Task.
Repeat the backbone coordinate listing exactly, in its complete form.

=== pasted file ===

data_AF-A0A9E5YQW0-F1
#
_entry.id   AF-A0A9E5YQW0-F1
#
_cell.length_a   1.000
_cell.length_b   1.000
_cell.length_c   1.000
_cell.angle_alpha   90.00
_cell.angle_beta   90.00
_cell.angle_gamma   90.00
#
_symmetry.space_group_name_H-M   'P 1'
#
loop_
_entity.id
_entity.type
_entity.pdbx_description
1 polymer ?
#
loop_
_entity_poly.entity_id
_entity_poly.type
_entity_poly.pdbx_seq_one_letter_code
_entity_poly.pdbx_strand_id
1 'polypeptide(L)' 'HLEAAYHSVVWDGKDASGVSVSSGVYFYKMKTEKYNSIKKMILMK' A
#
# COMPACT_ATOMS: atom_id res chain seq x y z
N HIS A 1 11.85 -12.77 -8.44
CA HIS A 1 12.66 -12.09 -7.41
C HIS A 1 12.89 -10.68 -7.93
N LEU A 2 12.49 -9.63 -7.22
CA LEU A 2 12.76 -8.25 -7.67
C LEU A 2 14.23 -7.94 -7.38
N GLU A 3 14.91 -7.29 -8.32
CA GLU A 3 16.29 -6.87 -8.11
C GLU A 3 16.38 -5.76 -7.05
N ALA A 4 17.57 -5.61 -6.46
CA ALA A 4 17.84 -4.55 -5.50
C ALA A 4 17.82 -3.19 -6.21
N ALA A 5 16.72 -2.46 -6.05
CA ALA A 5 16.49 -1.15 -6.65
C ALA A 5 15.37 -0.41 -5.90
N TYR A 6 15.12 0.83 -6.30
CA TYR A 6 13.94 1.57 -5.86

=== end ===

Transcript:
data_AF-A0A9E5YQW0-F1
#
_entry.id   AF-A0A9E5YQW0-F1
#
_cell.length_a   1.000
_cell.length_b   1.000
_cell.length_c   1.000
_cell.angle_alpha   90.00
_cell.angle_beta   90.00
_cell.angle_gamma   90.00
#
_symmetry.space_group_name_H-M   'P 1'
#
loop_
_entity.id
_entity.type
_entity.pdbx_description
1 polymer ?
#
loop_
_entity_poly.entity_id
_entity_poly.type
_entity_poly.pdbx_seq_one_letter_code
_entity_poly.pdbx_strand_id
1 'polypeptide(L)' 'HLEAAYHSVVWDGKDASGVSVSSGVYFYKMKTEKYNSIKKMILMK' A
#
# COMPACT_ATOMS: atom_id res chain seq x y z
N HIS A 1 11.85 -12.77 -8.44
CA HIS A 1 12.66 -12.09 -7.41
C HIS A 1 12.89 -10.68 -7.93
N LEU A 2 12.49 -9.63 -7.22
CA LEU A 2 12.76 -8.25 -7.67
C LEU A 2 14.23 -7.94 -7.38
N GLU A 3 14.91 -7.29 -8.32
CA GLU A 3 16.29 -6.87 -8.11
C GLU A 3 16.38 -5.76 -7.05
N ALA A 4 17.57 -5.61 -6.46
CA ALA A 4 17.84 -4.55 -5.50
C ALA A 4 17.82 -3.19 -6.21
N ALA A 5 16.72 -2.46 -6.05
CA ALA A 5 16.49 -1.15 -6.65
C ALA A 5 15.37 -0.41 -5.90
N TYR A 6 15.12 0.83 -6.30
CA TYR A 6 13.94 1.57 -5.86